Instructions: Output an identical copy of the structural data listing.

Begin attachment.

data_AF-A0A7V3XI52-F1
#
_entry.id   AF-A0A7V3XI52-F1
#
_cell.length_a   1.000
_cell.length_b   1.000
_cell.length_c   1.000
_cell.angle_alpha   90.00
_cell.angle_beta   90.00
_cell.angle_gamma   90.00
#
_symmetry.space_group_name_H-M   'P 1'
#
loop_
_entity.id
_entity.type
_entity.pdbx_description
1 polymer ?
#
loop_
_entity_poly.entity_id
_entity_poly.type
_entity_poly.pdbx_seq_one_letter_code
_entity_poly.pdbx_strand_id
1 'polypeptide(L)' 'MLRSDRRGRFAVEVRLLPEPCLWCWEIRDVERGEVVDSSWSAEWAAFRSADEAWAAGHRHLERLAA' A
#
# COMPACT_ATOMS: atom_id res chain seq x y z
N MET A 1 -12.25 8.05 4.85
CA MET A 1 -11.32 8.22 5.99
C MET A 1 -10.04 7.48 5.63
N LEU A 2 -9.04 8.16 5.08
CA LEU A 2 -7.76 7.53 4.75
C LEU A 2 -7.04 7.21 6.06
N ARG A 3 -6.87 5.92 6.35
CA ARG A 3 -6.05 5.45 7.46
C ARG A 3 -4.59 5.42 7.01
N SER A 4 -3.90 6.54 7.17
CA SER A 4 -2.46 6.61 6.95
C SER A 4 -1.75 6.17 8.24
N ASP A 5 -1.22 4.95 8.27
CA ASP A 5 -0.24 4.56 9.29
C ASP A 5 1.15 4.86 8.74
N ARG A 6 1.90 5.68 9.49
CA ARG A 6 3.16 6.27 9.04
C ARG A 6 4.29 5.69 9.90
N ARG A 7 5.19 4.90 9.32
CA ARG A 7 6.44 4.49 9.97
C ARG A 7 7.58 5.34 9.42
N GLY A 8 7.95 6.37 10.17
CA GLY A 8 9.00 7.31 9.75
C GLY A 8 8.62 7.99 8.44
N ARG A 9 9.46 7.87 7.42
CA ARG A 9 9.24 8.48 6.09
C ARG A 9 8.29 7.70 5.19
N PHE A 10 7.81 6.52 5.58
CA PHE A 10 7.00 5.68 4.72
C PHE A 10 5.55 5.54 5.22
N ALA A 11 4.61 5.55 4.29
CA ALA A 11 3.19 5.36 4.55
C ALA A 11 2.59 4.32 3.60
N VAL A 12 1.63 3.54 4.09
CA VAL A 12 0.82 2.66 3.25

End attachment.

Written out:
data_AF-A0A7V3XI52-F1
#
_entry.id   AF-A0A7V3XI52-F1
#
_cell.length_a   1.000
_cell.length_b   1.000
_cell.length_c   1.000
_cell.angle_alpha   90.00
_cell.angle_beta   90.00
_cell.angle_gamma   90.00
#
_symmetry.space_group_name_H-M   'P 1'
#
loop_
_entity.id
_entity.type
_entity.pdbx_description
1 polymer ?
#
loop_
_entity_poly.entity_id
_entity_poly.type
_entity_poly.pdbx_seq_one_letter_code
_entity_poly.pdbx_strand_id
1 'polypeptide(L)' 'MLRSDRRGRFAVEVRLLPEPCLWCWEIRDVERGEVVDSSWSAEWAAFRSADEAWAAGHRHLERLAA' A
#
# COMPACT_ATOMS: atom_id res chain seq x y z
N MET A 1 -12.25 8.05 4.85
CA MET A 1 -11.32 8.22 5.99
C MET A 1 -10.04 7.48 5.63
N LEU A 2 -9.04 8.16 5.08
CA LEU A 2 -7.76 7.53 4.75
C LEU A 2 -7.04 7.21 6.06
N ARG A 3 -6.87 5.92 6.35
CA ARG A 3 -6.05 5.45 7.46
C ARG A 3 -4.59 5.42 7.01
N SER A 4 -3.90 6.54 7.17
CA SER A 4 -2.46 6.61 6.95
C SER A 4 -1.75 6.17 8.24
N ASP A 5 -1.22 4.95 8.27
CA ASP A 5 -0.24 4.56 9.29
C ASP A 5 1.15 4.86 8.74
N ARG A 6 1.90 5.68 9.49
CA ARG A 6 3.16 6.27 9.04
C ARG A 6 4.29 5.69 9.90
N ARG A 7 5.19 4.90 9.32
CA ARG A 7 6.44 4.49 9.97
C ARG A 7 7.58 5.34 9.42
N GLY A 8 7.95 6.37 10.17
CA GLY A 8 9.00 7.31 9.75
C GLY A 8 8.62 7.99 8.44
N ARG A 9 9.46 7.87 7.42
CA ARG A 9 9.24 8.48 6.09
C ARG A 9 8.29 7.70 5.19
N PHE A 10 7.81 6.52 5.58
CA PHE A 10 7.00 5.68 4.72
C PHE A 10 5.55 5.54 5.22
N ALA A 11 4.61 5.55 4.29
CA ALA A 11 3.19 5.36 4.55
C ALA A 11 2.59 4.32 3.60
N VAL A 12 1.63 3.54 4.09
CA VAL A 12 0.82 2.66 3.25